Private property is a legal designation for the ownership of property by non-governmental legal entities. Private property is distinguishable from public property, owned by a state entity. Private property can be capital goods. Private property is a legal concept enforced by a country's political system. Ideas about and discussion of private property date back at least as far as Plato. Prior to the 18th century, English speakers used the word "property" in reference to land ownership. In England, "property" did not have a legal definition until the 17th century. Private property as commercial property was invented with the great European trading companies of the 17th century; the issue of the enclosure of agricultural land in England as debated in the 17th and 18th centuries, accompanied efforts in philosophy and political thought—by Thomas Hobbes, James Harrington and John Locke, for example—to address the phenomenon of property ownership. In arguing against supporters of absolute monarchy, John Locke conceptualized property as a "natural right" that God had not bestowed on the monarchy.
Influenced by the rise of mercantilism, Locke argued that private property was antecedent to and thus independent of government. Locke distinguished between "common property", his chief argument for property in land was improved land management and cultivation over common open-access land. Locke developed a normative theory of property rights based on labor, which stated that property is a natural result of labor improving upon nature. In the 18th century, during the Industrial Revolution, the moral philosopher and economist Adam Smith, in contrast to Locke, drew a distinction between the "right to property" as an acquired right and natural rights. Smith confined natural rights to "liberty and life". Smith drew attention to the relationship between employee and employer and identified that property and civil government were dependent upon each other, recognizing that "the state of property must always vary with the form of government". Smith further argued that civil government could not exist without property, as government's main function was to safeguard property ownership.
In the 19th century, the economist and philosopher Karl Marx provided an influential analysis of the development and history of property formations and their relationship to the technical productive forces of a given period. Marx's conception of private property has proven influential for many subsequent economic theories and for anarchist and socialist political movements, led to the widespread association of private property with capitalism. Although contemporary neoclassical economics—currently the dominant school of economics—rejects some of the assumptions of the early philosophers underpinning classical economics, it has been argued that neoclassical economics continues to be influenced by the legacy of natural moral theory and the concept of natural rights, which has led to the presentation of private market exchange and private property rights as "natural rights" inherent in nature. Economic liberals consider private property to be essential for the construction of a prosperous society.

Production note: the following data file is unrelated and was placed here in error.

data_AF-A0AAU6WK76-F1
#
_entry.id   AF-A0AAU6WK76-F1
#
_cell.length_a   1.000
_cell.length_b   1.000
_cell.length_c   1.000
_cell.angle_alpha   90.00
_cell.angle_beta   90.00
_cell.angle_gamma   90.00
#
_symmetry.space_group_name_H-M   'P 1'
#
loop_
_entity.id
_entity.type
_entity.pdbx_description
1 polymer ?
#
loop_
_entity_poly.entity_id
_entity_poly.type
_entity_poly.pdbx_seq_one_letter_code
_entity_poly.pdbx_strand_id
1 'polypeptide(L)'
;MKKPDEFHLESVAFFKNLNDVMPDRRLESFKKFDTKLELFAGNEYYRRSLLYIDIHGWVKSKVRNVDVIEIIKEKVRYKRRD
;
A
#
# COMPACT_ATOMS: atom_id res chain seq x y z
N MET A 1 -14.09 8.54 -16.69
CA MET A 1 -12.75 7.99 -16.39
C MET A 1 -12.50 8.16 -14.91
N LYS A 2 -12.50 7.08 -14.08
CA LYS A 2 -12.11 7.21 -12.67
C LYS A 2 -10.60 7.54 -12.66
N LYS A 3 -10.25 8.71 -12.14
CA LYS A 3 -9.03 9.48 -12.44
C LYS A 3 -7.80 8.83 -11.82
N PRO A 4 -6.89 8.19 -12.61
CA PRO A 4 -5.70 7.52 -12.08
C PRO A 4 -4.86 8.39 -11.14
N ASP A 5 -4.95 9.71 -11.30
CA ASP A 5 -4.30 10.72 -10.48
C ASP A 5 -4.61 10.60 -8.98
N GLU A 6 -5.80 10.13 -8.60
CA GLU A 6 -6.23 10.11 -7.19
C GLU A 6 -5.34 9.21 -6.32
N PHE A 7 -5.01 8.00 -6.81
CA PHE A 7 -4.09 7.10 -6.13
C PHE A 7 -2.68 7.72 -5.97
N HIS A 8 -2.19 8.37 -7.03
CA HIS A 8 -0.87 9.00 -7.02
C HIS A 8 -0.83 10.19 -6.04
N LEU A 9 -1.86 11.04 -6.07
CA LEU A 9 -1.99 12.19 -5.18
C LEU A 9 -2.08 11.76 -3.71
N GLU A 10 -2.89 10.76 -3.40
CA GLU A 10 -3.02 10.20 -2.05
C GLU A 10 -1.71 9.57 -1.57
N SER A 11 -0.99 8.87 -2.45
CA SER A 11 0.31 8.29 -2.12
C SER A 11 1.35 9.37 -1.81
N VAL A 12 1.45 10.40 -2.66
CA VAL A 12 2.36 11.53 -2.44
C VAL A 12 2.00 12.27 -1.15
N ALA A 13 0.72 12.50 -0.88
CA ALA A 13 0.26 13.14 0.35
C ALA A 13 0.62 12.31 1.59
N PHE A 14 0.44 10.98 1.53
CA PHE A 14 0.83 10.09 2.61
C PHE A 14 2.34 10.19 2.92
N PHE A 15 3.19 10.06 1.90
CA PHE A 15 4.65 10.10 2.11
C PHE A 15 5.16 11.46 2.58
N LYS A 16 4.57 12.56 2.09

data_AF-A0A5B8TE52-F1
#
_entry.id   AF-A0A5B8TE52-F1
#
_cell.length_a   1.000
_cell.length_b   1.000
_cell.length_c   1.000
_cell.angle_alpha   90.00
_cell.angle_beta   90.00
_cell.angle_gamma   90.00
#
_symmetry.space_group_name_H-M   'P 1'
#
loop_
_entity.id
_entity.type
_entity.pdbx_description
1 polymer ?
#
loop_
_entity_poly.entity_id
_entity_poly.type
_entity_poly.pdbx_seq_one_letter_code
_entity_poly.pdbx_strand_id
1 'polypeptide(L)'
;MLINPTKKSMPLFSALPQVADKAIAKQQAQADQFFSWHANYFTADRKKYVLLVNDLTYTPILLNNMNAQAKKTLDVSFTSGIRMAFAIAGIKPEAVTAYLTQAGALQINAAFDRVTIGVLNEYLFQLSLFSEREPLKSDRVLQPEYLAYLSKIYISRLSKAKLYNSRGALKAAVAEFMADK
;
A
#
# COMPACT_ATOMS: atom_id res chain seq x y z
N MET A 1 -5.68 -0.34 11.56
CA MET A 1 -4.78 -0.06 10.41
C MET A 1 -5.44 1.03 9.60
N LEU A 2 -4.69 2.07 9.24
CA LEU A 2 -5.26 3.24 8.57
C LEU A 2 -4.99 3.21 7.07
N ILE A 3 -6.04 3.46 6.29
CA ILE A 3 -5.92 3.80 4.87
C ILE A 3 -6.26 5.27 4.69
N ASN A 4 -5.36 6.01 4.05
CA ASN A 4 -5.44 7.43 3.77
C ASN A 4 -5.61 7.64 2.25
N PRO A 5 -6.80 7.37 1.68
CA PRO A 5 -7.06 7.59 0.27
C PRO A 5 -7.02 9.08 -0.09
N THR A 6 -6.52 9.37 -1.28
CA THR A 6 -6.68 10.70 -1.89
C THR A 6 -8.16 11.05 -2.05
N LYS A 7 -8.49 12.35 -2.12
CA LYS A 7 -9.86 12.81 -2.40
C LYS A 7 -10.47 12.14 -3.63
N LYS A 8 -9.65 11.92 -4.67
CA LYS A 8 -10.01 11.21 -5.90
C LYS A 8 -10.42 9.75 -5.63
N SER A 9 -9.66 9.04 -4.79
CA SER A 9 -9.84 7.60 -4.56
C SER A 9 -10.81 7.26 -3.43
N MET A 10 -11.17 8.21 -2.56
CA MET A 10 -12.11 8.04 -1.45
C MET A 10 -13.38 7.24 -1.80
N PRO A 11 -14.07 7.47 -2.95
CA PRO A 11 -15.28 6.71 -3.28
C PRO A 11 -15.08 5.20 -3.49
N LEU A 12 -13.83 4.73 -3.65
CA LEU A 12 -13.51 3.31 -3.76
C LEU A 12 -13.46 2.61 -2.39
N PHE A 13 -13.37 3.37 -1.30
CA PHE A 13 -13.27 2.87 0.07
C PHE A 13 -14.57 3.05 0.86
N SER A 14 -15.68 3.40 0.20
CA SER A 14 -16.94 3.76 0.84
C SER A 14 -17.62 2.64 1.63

They believe private ownership of land ensures the land will be put to productive use and its value protected by the landowner. If the owners must pay property taxes, this forces the owners to maintain a productive output from the land to keep taxes current. Private property attaches a monetary value to land, which can be used to trade or as collateral. Private property thus is an important part of capitalization within the economy. Socialist economists are critical of private property as socialism aims to substitute private property in the means of production for social ownership or public property. Socialists argue that private property relations limit the potential of the productive forces in the economy when productive activity becomes a collective activity, where the role of the capitalist becomes redundant. Socialists favor social ownership either to eliminate the class distinctions between owners and workers and as a component of the development of a post-capitalist economic system. In response to the socialist critique, the Austrian School economist Ludwig Von Mises argued that private property rights are a requisite for what he called "rational" economic calculation and that the prices of goods and services cannot be determined enough to make efficient economic calculation without having defined private-property rights.
Mises argued that a socialist system, which by definition would lack private property in the factors of production, would be unable to determine appropriate price valuations for the factors of production. According to Mises, this problem would make rational socialist calculation impossible. In capitalism, ownership can be viewed as a “bundle of rights" over an asset that entitles its holder to a strong form of authority over it; such bundle is composed of a set of rights that allows the owner of the asset to control it and decide on its use, claim the value generated by it, exclude others from using it and the right to transfer the ownership of it to another holder. In Marxian economics and socialist politics, there is distinction between "private property" and "person